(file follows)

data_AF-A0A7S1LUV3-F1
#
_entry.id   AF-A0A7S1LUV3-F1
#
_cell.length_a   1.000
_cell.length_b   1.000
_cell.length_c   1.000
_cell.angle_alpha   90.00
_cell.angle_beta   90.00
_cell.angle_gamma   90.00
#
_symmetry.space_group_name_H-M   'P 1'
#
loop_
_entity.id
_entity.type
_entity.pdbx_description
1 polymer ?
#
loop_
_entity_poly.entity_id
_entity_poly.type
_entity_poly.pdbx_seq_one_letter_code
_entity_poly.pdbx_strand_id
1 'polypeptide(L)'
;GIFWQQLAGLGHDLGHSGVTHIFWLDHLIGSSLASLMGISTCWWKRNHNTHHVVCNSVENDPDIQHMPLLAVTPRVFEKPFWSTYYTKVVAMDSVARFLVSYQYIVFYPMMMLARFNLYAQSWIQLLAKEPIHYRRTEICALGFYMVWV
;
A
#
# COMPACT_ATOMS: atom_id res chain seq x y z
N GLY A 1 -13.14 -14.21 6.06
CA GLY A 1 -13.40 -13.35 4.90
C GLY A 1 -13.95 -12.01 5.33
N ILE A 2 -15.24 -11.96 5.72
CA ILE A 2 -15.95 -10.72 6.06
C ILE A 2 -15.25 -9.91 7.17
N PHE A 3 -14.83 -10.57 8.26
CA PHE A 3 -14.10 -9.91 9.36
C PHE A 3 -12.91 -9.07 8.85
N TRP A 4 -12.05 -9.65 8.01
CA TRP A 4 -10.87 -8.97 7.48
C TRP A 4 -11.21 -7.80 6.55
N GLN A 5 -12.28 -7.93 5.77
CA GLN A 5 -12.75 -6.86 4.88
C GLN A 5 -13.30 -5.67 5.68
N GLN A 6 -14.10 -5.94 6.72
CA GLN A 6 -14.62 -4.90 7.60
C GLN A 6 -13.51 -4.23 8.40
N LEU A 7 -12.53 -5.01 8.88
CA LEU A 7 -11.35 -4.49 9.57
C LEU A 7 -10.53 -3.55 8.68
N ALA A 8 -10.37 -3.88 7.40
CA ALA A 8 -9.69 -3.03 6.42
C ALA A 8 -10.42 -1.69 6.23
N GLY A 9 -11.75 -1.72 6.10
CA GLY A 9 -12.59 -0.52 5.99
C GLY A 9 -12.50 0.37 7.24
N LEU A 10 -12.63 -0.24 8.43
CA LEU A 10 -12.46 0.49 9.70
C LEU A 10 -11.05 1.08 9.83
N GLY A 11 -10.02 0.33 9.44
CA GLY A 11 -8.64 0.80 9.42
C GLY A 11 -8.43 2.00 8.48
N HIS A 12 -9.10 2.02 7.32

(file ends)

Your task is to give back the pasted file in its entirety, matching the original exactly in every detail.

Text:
data_AF-A0A7S1LUV3-F1
#
_entry.id   AF-A0A7S1LUV3-F1
#
_cell.length_a   1.000
_cell.length_b   1.000
_cell.length_c   1.000
_cell.angle_alpha   90.00
_cell.angle_beta   90.00
_cell.angle_gamma   90.00
#
_symmetry.space_group_name_H-M   'P 1'
#
loop_
_entity.id
_entity.type
_entity.pdbx_description
1 polymer ?
#
loop_
_entity_poly.entity_id
_entity_poly.type
_entity_poly.pdbx_seq_one_letter_code
_entity_poly.pdbx_strand_id
1 'polypeptide(L)'
;GIFWQQLAGLGHDLGHSGVTHIFWLDHLIGSSLASLMGISTCWWKRNHNTHHVVCNSVENDPDIQHMPLLAVTPRVFEKPFWSTYYTKVVAMDSVARFLVSYQYIVFYPMMMLARFNLYAQSWIQLLAKEPIHYRRTEICALGFYMVWV
;
A
#
# COMPACT_ATOMS: atom_id res chain seq x y z
N GLY A 1 -13.14 -14.21 6.06
CA GLY A 1 -13.40 -13.35 4.90
C GLY A 1 -13.95 -12.01 5.33
N ILE A 2 -15.24 -11.96 5.72
CA ILE A 2 -15.95 -10.72 6.06
C ILE A 2 -15.25 -9.91 7.17
N PHE A 3 -14.83 -10.57 8.26
CA PHE A 3 -14.10 -9.91 9.36
C PHE A 3 -12.91 -9.07 8.85
N TRP A 4 -12.05 -9.65 8.01
CA TRP A 4 -10.87 -8.97 7.48
C TRP A 4 -11.21 -7.80 6.55
N GLN A 5 -12.28 -7.93 5.77
CA GLN A 5 -12.75 -6.86 4.88
C GLN A 5 -13.30 -5.67 5.68
N GLN A 6 -14.10 -5.94 6.72
CA GLN A 6 -14.62 -4.90 7.60
C GLN A 6 -13.51 -4.23 8.40
N LEU A 7 -12.53 -5.01 8.88
CA LEU A 7 -11.35 -4.49 9.57
C LEU A 7 -10.53 -3.55 8.68
N ALA A 8 -10.37 -3.88 7.40
CA ALA A 8 -9.69 -3.03 6.42
C ALA A 8 -10.42 -1.69 6.23
N GLY A 9 -11.75 -1.72 6.10
CA GLY A 9 -12.59 -0.52 5.99
C GLY A 9 -12.50 0.37 7.24
N LEU A 10 -12.63 -0.24 8.43
CA LEU A 10 -12.46 0.49 9.70
C LEU A 10 -11.05 1.08 9.83
N GLY A 11 -10.02 0.33 9.44
CA GLY A 11 -8.64 0.80 9.42
C GLY A 11 -8.43 2.00 8.48
N HIS A 12 -9.10 2.02 7.32